Role of type I interferons in inflammasome activation, cell death, and disease during microbial infection.

Malireddi RK, Kanneganti TD - Front Cell Infect Microbiol (2013)

Mechanisms involved in type I IFN production and its receptor signaling. Several different stimuli including pathogen derived LPS, glycoproteins, RNA and DNA can induce type I IFNs (IFNα and IFNβ) via upstream pattern recognition receptors. TLRs sense the endosomally located PAMPs (pathogen associated molecular patterns) and DAMPs (damage associated molecular patterns) and recruit TRIF (TRL3 and TLR4) or Myd88 (TLR4, 7, 8, and 9), which further transfer the signals downstream to IRF3 and IRF7. RLRs, NLRs, DAI, STING, and related receptors sense nucleic acids in the cytoplasm. The RNA sensors, RIG-I, MDA-5, and LGP2, and DNA sensor STING use the adapter protein MAVS (mitochondrial antiviral signaling protein) to transfer signals to IRFs for type I IFN transcription. RIG-I and MDA-5 also sense ligands generated by RNA polymerase III from cytoplasmic DNA PAMPs. All these pathways utilize the common downstream kinases, TBK1/IKKε for activating Interferon transcription factors. Type I IFNs bind to IFNAR receptor and activate a robust transcriptional pathway through a JAK-STAT signaling pathway. The transcriptional complexes activated by type I IFN signaling bind to specific ISRE/GAS sequences and lead to the expression of several genes important for cell death, cell proliferation and immune responses.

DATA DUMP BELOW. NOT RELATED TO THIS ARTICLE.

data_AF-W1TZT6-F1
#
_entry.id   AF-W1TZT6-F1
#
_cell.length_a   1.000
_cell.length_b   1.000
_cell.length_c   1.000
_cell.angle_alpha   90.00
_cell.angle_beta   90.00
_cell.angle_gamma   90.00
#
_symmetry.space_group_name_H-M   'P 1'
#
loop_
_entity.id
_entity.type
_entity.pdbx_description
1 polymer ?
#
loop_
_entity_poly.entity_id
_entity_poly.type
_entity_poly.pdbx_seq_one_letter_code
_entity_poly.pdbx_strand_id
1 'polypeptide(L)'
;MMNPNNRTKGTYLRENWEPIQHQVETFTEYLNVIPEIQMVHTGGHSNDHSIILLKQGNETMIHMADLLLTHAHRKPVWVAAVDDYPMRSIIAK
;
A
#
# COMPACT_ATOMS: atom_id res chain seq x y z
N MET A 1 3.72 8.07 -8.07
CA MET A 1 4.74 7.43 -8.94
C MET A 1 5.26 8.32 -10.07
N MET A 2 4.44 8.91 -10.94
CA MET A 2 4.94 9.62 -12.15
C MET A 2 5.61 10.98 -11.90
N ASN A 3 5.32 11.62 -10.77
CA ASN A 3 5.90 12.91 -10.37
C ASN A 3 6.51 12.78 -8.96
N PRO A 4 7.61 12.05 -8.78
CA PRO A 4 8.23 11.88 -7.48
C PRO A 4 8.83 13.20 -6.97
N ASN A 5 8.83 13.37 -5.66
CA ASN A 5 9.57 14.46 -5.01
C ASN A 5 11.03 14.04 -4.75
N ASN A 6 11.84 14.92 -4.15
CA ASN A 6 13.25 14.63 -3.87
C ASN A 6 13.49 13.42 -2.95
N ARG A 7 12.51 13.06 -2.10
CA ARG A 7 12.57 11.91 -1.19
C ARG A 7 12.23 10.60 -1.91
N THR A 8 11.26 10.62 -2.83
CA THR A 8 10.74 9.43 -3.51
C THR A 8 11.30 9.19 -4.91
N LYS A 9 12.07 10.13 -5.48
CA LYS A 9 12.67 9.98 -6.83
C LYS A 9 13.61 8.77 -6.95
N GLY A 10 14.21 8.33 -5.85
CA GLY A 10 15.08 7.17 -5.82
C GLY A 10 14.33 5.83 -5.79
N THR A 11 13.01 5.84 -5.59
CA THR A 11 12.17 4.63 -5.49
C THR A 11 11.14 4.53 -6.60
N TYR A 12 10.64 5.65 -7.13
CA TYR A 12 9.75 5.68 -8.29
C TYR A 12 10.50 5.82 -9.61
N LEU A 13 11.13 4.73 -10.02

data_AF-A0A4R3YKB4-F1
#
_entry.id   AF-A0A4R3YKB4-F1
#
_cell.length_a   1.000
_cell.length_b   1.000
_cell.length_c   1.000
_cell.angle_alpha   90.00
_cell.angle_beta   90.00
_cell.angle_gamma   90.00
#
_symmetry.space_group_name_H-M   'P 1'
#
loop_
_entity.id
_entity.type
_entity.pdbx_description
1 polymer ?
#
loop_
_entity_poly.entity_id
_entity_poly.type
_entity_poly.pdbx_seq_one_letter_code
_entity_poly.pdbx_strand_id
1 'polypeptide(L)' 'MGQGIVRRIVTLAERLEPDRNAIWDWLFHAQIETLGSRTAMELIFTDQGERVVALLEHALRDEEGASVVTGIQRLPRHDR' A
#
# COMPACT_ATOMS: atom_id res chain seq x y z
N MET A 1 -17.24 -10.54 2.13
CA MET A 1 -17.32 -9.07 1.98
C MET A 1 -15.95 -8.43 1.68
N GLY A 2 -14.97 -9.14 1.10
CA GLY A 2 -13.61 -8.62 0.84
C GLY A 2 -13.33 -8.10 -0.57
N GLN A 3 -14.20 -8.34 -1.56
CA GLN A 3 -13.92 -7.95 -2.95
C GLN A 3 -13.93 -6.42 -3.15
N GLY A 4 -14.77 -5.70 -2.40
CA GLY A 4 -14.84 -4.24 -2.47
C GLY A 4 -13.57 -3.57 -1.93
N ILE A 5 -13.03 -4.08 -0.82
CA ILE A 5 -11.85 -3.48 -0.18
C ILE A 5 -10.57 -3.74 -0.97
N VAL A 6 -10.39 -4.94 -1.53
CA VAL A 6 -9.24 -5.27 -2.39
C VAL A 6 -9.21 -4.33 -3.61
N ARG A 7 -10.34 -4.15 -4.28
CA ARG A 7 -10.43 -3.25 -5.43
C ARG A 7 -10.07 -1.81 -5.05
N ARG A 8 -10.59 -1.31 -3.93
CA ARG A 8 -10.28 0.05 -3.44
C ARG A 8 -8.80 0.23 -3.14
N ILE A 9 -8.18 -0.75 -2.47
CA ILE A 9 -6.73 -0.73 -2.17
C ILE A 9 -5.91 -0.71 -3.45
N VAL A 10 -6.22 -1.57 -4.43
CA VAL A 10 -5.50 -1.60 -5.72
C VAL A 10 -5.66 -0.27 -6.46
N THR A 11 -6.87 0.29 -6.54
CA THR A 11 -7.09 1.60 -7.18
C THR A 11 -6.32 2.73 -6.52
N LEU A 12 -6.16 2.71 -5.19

© Copyright Policy - open-access
Related In: Results  -  Collection

License
Show All Figures
getmorefigures.php?uid=PMC3824101&req=5

Figure 1: Mechanisms involved in type I IFN production and its receptor signaling. Several different stimuli including pathogen derived LPS, glycoproteins, RNA and DNA can induce type I IFNs (IFNα and IFNβ) via upstream pattern recognition receptors. TLRs sense the endosomally located PAMPs (pathogen associated molecular patterns) and DAMPs (damage associated molecular patterns) and recruit TRIF (TRL3 and TLR4) or Myd88 (TLR4, 7, 8, and 9), which further transfer the signals downstream to IRF3 and IRF7. RLRs, NLRs, DAI, STING, and related receptors sense nucleic acids in the cytoplasm. The RNA sensors, RIG-I, MDA-5, and LGP2, and DNA sensor STING use the adapter protein MAVS (mitochondrial antiviral signaling protein) to transfer signals to IRFs for type I IFN transcription. RIG-I and MDA-5 also sense ligands generated by RNA polymerase III from cytoplasmic DNA PAMPs. All these pathways utilize the common downstream kinases, TBK1/IKKε for activating Interferon transcription factors. Type I IFNs bind to IFNAR receptor and activate a robust transcriptional pathway through a JAK-STAT signaling pathway. The transcriptional complexes activated by type I IFN signaling bind to specific ISRE/GAS sequences and lead to the expression of several genes important for cell death, cell proliferation and immune responses.